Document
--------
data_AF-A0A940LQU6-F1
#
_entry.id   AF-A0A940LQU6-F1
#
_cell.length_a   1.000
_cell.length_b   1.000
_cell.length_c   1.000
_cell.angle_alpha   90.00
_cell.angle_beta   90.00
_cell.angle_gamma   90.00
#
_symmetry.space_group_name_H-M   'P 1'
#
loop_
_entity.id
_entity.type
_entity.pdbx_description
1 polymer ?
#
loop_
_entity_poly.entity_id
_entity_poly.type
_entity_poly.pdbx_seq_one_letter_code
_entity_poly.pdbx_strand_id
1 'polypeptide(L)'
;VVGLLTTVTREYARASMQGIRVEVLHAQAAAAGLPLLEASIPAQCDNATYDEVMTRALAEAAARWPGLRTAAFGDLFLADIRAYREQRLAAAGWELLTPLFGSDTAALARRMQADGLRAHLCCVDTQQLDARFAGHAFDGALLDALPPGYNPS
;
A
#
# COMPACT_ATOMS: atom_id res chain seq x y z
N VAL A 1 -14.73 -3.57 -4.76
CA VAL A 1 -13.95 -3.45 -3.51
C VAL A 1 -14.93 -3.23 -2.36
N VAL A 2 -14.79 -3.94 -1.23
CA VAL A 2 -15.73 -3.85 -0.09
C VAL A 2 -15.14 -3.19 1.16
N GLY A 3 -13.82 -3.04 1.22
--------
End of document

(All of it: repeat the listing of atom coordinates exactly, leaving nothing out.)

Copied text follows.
data_AF-A0A940LQU6-F1
#
_entry.id   AF-A0A940LQU6-F1
#
_cell.length_a   1.000
_cell.length_b   1.000
_cell.length_c   1.000
_cell.angle_alpha   90.00
_cell.angle_beta   90.00
_cell.angle_gamma   90.00
#
_symmetry.space_group_name_H-M   'P 1'
#
loop_
_entity.id
_entity.type
_entity.pdbx_description
1 polymer ?
#
loop_
_entity_poly.entity_id
_entity_poly.type
_entity_poly.pdbx_seq_one_letter_code
_entity_poly.pdbx_strand_id
1 'polypeptide(L)'
;VVGLLTTVTREYARASMQGIRVEVLHAQAAAAGLPLLEASIPAQCDNATYDEVMTRALAEAAARWPGLRTAAFGDLFLADIRAYREQRLAAAGWELLTPLFGSDTAALARRMQADGLRAHLCCVDTQQLDARFAGHAFDGALLDALPPGYNPS
;
A
#
# COMPACT_ATOMS: atom_id res chain seq x y z
N VAL A 1 -14.73 -3.57 -4.76
CA VAL A 1 -13.95 -3.45 -3.51
C VAL A 1 -14.93 -3.23 -2.36
N VAL A 2 -14.79 -3.94 -1.23
CA VAL A 2 -15.73 -3.85 -0.09
C VAL A 2 -15.14 -3.19 1.16
N GLY A 3 -13.82 -3.04 1.22